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Graduate Admissions

The PhD in Physics is a full-time period of research which introduces, or builds upon, research skills and specialist knowledge. Students are assigned to a research supervisor, a specialist in part or all of the student's chosen research field, and join a research group which might vary in size between four and 80 individuals.

Although the supervisor is responsible for the progress of a student's research programme, the extent to which a graduate student is assisted by the supervisor or by other members of the group depends almost entirely on the structure and character of the group concerned. The research field is normally determined at entry, after consideration of the student's interests and facilities available. The student, however, may work within a given field for a period of time before his or her personal topic is determined.

There is no requirement made by the University for graduate students to attend formal courses or lectures for the PhD. Graduate work is largely a matter of independent research and successful graduates require a high degree of self-motivation. Nevertheless, lectures and classes may be arranged, and students are expected to attend both seminars (delivered regularly by members of the University and by visiting scholars and industrialists) and external conferences. Graduate students are also expected to participate in the undergraduate teaching programme at some time whilst they are based at the Cavendish, in order to develop their teaching, demonstrating, outreach, organisational and person-management skills.

Learning Outcomes

By the end of the research programme, students will have demonstrated:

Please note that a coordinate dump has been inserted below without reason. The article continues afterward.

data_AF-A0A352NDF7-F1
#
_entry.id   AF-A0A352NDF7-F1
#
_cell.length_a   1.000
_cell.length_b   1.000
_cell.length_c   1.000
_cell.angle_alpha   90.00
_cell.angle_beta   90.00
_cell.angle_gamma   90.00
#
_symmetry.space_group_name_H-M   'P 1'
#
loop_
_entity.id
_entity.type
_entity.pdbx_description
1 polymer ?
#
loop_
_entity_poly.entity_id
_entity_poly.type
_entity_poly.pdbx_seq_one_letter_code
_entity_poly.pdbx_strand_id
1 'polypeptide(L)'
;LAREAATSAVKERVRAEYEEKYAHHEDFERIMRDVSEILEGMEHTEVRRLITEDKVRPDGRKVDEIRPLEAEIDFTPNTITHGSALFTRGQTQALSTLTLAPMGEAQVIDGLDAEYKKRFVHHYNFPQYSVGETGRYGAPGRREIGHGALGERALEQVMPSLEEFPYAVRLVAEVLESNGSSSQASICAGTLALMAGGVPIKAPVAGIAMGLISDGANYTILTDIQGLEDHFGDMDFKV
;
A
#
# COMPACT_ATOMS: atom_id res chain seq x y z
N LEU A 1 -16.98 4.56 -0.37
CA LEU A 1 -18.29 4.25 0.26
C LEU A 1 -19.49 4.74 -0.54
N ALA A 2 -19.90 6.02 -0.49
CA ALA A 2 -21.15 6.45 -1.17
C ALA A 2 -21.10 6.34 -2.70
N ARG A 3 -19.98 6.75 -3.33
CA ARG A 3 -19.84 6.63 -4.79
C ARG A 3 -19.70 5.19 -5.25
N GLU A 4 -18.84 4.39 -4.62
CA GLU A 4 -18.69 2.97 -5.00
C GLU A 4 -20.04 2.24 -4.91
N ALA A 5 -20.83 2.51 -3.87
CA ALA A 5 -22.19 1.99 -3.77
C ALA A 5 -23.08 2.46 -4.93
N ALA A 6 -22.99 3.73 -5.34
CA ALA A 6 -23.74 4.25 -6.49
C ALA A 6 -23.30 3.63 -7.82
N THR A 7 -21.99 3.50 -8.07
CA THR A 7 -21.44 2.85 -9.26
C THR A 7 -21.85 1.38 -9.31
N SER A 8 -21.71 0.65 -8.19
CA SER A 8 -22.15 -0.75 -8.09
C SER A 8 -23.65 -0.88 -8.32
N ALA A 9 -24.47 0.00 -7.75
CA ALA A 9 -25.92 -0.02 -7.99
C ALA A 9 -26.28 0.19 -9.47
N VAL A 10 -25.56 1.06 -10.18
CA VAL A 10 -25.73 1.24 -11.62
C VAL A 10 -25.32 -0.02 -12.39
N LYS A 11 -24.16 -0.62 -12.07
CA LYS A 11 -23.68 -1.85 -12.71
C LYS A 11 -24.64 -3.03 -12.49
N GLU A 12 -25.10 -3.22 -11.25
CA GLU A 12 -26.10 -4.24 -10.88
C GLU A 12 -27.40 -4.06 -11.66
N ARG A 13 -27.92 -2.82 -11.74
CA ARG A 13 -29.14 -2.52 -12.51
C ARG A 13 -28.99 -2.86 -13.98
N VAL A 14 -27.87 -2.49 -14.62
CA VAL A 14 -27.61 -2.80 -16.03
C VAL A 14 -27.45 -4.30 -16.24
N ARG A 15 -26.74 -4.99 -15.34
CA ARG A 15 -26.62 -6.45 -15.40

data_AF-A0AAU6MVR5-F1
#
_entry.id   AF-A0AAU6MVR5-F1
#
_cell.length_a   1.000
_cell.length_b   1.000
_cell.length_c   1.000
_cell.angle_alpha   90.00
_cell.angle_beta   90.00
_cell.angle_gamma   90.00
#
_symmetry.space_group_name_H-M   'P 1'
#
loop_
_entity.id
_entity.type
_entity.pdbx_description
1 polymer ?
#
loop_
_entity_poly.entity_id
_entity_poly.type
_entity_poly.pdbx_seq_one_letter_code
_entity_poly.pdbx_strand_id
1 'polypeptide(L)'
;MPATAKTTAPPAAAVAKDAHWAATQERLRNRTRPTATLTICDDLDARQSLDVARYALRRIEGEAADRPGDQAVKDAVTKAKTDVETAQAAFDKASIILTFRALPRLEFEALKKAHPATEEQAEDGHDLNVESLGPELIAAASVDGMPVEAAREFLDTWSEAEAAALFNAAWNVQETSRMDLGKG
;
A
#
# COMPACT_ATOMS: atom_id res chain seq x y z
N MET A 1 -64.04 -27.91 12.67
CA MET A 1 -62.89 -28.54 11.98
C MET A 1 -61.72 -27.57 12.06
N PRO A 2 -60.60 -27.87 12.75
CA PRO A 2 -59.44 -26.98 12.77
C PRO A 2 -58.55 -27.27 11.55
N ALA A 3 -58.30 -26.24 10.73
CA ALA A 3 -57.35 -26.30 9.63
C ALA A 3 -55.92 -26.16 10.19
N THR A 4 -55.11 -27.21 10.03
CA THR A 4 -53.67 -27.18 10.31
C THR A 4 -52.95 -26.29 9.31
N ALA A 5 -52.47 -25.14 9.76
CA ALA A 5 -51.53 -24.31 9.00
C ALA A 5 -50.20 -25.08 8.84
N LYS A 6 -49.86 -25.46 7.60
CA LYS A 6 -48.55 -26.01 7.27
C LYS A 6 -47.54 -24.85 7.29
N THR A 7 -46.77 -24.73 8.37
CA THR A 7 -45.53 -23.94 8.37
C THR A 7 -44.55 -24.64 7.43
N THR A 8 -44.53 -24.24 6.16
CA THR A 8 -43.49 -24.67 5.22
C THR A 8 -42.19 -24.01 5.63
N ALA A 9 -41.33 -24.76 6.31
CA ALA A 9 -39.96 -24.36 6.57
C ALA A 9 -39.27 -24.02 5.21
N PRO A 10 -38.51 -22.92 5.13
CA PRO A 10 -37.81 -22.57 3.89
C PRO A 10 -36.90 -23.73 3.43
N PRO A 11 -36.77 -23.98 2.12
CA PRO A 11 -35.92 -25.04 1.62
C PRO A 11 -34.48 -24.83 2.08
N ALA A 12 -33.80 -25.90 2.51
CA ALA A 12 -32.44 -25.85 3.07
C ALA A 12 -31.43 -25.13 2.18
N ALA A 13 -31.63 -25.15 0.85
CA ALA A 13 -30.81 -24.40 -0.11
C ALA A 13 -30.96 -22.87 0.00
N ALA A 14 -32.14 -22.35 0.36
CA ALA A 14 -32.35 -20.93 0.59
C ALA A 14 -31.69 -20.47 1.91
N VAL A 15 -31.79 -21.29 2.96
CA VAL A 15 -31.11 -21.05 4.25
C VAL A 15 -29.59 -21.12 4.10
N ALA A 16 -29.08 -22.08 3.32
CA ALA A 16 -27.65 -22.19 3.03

• the creation and interpretation of new knowledge, through original research or other advanced scholarship, of a quality to satisfy peer review, extend the forefront of the discipline, and merit publication;
  • a systematic acquisition and understanding of a substantial body of knowledge which is at the forefront of an academic discipline or area of professional practice;
  • the general ability to conceptualise, design and implement a project for the generation of new knowledge, applications or understanding at the forefront of the discipline, and to adjust the project design in the light of unforeseen problems;
  • a detailed understanding of applicable techniques for research and advanced academic enquiry; and
  • the development of a PhD thesis for examination that they can defend  in an oral examination and, if successful, graduate with a PhD.

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Key Information


3-4 years full-time

5-7 years part-time

Doctor of Philosophy

Department of Physics

Enquiries

Course on Department Website

Dates and deadlines:

Applications open
Dec. 1, 2016
Application deadline
Oct. 4, 2017
Course Starts
Jan. 5, 2018

Some courses can close early. See the Deadlines page for guidance on when to apply.

Applications open
March 1, 2017
Application deadline
Jan. 14, 2018
Course Starts
April 17, 2018

Some courses can close early. See the Deadlines page for guidance on when to apply.

Michaelmas 2018

Applications open
Sept. 4, 2017
Application deadline
June 30, 2018
Course Starts
Oct. 1, 2018

Some courses can close early. See the Deadlines page for guidance on when to apply.

Applications open
Dec. 6, 2017
Application deadline
Oct. 4, 2018
Course Starts
Jan. 5, 2019

Some courses can close early. See the Deadlines page for guidance on when to apply.

Applications open
March 17, 2018
Application deadline
Jan. 14, 2019
Course Starts
April 17, 2019

Some courses can close early. See the Deadlines page for guidance on when to apply.

Graduate Funding Competition
Dec. 6, 2017
Gates Cambridge US round only
Oct. 11, 2017

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